FLORENCE: SANTA CROCE AND THE CAPELLE MEDICI
On our recent visit to Florence we were trying to visit some places we'd never been to, or places we hadn't been to in a long time. Santa Croce falls into the second category, and just recently someone told us that the church had been completely renovated and we should be sure to visit it the next time we were in Florence. I wish I could remember who told us this, because either they have Santa Croce confused with some other church, or maybe they thought it would be years before we re-visited Florence. Can you guess where this is going?
Things have changed since we were last at Santa Croce - now you have to pay an admission charge, and you enter thru a side door rather than the main door. LIttle did we know what else had changed.....
As we walked into the church I was expecting an "OH WOW!" moment, but what I got was an "oh dear..." moment. Scaffolding was EVERWHERE! the main altar was hidden somewhere under a wall of scaffolding,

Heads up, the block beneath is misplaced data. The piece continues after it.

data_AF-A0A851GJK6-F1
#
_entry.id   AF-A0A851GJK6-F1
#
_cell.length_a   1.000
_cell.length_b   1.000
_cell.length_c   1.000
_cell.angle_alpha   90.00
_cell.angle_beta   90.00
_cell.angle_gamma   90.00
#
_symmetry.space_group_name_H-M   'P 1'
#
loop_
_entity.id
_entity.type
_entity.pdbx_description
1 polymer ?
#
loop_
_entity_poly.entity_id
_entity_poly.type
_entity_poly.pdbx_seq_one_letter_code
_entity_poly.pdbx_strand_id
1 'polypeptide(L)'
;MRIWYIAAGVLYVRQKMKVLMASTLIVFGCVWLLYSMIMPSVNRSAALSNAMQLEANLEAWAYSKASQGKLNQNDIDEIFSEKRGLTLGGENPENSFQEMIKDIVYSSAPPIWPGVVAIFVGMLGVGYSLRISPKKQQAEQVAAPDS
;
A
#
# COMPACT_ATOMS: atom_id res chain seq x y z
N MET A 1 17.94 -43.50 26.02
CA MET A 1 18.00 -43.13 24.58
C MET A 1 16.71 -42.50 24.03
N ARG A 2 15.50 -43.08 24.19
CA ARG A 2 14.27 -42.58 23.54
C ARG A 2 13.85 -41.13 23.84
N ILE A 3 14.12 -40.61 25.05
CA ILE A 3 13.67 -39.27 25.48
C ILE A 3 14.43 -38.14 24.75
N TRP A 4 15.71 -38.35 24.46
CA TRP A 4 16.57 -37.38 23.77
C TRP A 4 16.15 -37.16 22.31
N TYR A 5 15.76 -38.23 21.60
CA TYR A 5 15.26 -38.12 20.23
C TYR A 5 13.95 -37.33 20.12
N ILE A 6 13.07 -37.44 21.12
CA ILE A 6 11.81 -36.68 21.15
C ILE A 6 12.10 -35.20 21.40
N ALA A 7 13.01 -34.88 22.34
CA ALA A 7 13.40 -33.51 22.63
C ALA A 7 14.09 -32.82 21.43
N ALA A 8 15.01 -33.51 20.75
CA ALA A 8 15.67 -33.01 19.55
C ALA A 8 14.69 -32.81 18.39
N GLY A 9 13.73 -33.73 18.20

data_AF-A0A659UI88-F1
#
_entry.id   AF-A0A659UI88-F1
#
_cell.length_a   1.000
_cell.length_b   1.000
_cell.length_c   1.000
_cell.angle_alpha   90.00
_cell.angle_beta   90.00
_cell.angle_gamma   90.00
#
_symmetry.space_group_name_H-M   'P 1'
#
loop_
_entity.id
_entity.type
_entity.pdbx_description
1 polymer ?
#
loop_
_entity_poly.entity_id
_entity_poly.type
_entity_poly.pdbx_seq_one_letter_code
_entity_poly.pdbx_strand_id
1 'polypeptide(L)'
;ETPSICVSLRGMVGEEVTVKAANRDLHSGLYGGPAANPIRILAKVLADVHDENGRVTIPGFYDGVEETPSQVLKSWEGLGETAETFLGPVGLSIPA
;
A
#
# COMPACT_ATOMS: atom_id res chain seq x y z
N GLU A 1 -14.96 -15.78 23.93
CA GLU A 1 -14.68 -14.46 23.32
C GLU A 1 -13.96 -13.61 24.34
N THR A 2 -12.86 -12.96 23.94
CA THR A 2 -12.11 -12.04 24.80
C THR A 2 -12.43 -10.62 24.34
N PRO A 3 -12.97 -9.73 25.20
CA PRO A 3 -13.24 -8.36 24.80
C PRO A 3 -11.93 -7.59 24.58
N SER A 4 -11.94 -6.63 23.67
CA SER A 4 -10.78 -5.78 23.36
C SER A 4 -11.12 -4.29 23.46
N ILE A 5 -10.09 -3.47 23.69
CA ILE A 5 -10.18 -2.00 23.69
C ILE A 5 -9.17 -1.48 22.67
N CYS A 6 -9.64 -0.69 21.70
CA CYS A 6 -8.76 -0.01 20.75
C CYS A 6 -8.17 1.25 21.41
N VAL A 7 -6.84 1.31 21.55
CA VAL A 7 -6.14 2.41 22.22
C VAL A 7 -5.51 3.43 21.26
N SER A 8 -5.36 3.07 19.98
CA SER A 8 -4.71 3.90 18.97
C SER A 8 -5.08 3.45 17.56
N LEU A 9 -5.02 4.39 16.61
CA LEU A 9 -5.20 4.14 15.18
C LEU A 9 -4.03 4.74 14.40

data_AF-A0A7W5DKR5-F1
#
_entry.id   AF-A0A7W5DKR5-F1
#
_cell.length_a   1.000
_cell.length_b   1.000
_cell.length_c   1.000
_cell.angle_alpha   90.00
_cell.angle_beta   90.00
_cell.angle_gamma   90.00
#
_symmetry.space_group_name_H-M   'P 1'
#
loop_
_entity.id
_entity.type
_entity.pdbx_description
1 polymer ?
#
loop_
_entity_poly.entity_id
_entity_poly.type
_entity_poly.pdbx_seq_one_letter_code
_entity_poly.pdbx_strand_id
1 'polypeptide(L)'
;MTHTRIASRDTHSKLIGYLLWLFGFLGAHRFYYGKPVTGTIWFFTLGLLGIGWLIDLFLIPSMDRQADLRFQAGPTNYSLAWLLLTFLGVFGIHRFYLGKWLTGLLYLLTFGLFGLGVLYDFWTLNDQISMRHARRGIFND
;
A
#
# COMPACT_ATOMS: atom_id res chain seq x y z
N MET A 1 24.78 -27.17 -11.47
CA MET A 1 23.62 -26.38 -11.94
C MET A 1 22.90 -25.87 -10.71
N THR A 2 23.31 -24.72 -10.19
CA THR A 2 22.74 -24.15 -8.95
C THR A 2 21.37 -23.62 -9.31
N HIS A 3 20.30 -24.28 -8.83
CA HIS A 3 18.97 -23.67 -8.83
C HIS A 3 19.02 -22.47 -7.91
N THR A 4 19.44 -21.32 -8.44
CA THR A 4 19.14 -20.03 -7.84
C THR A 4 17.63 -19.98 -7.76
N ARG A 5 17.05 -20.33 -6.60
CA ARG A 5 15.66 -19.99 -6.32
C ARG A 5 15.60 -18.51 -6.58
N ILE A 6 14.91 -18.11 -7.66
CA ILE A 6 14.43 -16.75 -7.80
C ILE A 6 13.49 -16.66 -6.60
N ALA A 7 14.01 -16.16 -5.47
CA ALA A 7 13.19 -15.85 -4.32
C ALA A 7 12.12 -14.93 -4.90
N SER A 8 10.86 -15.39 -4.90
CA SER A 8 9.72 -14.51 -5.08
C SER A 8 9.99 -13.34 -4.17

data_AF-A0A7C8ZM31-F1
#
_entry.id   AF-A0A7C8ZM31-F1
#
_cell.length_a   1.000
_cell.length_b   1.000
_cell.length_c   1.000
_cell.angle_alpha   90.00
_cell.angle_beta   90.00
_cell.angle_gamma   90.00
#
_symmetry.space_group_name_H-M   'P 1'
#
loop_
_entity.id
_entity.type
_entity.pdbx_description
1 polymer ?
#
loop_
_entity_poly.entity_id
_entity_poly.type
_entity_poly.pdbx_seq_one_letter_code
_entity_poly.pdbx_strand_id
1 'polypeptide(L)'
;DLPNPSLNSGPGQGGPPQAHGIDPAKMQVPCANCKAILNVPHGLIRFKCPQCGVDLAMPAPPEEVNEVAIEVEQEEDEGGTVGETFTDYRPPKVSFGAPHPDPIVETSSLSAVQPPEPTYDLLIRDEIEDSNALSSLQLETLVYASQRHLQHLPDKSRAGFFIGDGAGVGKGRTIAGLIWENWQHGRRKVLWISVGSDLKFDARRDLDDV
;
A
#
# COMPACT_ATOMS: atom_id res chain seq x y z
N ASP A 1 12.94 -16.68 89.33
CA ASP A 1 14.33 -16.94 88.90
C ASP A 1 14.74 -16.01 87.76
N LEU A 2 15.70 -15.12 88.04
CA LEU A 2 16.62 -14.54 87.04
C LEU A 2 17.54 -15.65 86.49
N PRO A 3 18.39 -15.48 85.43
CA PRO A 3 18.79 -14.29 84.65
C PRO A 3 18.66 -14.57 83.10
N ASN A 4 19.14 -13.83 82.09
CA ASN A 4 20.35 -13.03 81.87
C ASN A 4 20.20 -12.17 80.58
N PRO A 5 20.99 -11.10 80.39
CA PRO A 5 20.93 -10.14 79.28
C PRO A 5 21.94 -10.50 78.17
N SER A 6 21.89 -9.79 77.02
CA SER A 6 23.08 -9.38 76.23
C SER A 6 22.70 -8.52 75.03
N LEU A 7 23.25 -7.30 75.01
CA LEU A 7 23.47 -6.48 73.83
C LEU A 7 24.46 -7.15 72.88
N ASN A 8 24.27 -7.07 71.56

and a closer look revealed people on platforms within the scaffolding doing their restoration work. Who knows how many years this restoration might take, but at least the work is being done! Just in case you're wondering, yes, photos are allowed inside the church.
Of course there were still many beautiful things to see in the church, including Michelangelo's tomb, several side altars and assorted chapels, as well as the outdoor space and the museum.
Our long-overdue visit to the Medici Chapel was also quite a let-down. I hesitate to say that it was a disappointment, because we did get to see part of it's splendor, but the overall effect was certainly dulled by all the scaffolding within the chapel itself. We had been warned about the restoration by a large sign outside the entry, but it really hadn't prepared us for the extent of the restoration works, or how that first step into the chapel would be such a let-down, especially when you could just glimpse the spendors hidden behind the scaffolding.
No pictures were allowed inside the Medici Chapel, so you'll have to take your chances when or if you go to Florence, or perhaps there are some websites that might show everything as it was meant to be.